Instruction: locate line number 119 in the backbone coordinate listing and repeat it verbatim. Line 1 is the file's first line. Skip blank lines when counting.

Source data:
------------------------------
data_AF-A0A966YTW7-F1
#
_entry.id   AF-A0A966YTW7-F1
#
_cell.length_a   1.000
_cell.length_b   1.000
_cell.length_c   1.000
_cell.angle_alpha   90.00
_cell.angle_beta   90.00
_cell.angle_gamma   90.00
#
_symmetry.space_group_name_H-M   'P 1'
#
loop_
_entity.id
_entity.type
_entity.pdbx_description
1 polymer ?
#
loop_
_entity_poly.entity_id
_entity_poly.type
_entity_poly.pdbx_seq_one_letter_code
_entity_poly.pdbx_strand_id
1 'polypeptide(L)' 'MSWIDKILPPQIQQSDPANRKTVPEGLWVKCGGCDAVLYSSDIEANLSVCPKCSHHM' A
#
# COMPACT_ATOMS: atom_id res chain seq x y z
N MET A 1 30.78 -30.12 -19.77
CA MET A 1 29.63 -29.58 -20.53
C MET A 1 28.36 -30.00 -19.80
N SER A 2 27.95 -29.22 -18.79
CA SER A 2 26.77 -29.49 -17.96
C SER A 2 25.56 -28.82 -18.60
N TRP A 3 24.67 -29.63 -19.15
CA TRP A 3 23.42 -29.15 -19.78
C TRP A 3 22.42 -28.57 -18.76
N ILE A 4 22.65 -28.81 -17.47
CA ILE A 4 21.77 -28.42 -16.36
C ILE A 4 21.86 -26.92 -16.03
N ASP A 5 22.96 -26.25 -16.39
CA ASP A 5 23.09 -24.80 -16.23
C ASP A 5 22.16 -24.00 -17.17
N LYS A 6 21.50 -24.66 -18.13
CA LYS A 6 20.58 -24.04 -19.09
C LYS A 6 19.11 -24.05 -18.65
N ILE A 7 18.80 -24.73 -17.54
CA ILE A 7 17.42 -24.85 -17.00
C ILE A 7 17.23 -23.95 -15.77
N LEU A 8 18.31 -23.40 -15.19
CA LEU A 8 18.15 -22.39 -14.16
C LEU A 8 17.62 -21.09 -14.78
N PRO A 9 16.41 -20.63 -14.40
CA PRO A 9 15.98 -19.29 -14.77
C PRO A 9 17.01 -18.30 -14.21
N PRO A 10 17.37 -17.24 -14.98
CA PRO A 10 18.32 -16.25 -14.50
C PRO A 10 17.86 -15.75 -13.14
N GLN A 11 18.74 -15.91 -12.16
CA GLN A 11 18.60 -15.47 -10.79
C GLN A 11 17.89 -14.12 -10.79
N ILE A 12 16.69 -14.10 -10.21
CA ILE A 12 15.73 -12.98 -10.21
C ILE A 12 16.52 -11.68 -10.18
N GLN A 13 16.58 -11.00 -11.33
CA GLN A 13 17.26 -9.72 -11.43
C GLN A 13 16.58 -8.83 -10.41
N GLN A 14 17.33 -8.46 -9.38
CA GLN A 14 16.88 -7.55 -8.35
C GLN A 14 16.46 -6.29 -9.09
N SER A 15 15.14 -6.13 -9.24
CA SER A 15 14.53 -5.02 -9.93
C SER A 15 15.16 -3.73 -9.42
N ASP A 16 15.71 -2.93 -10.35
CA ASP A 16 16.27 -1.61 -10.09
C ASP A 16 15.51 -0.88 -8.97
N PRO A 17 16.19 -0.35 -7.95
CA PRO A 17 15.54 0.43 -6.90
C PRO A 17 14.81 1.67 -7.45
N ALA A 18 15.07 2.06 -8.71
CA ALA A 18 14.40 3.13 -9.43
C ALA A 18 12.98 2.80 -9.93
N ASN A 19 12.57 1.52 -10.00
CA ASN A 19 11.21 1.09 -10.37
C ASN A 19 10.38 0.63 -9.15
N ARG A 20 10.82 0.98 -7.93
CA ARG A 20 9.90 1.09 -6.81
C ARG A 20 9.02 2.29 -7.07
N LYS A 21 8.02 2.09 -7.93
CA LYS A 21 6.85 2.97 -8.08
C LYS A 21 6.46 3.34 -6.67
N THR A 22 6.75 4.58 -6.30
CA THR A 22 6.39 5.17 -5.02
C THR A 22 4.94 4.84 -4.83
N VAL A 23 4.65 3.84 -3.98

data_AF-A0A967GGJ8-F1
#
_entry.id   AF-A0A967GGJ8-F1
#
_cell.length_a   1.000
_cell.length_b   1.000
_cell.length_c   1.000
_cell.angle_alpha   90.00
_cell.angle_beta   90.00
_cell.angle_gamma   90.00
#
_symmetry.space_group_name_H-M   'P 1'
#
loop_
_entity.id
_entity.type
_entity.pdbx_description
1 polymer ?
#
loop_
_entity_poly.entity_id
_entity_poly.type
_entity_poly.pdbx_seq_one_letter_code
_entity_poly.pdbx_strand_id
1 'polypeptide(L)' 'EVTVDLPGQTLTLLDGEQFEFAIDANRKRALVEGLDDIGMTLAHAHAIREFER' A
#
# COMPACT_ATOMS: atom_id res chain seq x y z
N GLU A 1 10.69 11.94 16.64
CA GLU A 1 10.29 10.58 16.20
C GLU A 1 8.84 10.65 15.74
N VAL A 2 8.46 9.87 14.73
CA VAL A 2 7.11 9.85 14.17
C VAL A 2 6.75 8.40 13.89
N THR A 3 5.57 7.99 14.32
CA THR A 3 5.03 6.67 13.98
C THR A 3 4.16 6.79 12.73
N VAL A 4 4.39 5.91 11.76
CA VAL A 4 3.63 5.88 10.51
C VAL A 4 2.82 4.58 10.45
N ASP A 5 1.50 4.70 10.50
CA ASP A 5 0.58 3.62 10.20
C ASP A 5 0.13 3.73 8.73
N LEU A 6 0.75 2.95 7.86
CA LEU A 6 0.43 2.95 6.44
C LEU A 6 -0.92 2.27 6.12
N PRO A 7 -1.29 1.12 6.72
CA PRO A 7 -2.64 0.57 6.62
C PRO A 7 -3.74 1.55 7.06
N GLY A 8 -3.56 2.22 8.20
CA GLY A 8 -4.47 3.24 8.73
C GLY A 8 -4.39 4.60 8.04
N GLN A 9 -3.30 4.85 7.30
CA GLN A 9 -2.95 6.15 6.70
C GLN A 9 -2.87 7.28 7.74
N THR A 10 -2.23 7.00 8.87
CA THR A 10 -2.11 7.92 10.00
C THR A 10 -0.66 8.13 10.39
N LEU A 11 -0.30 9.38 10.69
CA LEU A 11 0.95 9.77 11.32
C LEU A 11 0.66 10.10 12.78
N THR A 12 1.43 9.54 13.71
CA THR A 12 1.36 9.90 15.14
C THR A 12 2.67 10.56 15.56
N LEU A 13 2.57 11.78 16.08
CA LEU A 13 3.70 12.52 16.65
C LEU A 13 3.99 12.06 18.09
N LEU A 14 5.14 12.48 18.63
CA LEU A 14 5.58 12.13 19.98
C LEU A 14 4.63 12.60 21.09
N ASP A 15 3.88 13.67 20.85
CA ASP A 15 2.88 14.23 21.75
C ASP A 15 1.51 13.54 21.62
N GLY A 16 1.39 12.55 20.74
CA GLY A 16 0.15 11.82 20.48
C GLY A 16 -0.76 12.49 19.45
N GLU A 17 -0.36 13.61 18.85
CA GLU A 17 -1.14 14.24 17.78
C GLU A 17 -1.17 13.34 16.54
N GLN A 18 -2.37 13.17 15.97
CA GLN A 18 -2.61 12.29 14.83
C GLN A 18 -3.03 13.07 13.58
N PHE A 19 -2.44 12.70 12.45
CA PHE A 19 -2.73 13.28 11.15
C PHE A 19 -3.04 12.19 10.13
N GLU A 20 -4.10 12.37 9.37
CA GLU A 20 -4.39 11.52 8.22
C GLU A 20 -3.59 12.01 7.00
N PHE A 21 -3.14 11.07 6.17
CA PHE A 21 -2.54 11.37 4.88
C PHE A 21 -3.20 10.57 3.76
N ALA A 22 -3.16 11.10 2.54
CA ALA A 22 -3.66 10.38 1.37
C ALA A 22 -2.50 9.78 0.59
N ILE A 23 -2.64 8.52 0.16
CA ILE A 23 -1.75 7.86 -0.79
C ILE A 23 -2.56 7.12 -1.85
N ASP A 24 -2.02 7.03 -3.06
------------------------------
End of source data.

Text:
1 'polypeptide(L)' 'EVTVDLPGQTLTLLDGEQFEFAIDANRKRALVEGLDDIGMTLAHAHAIREFER' A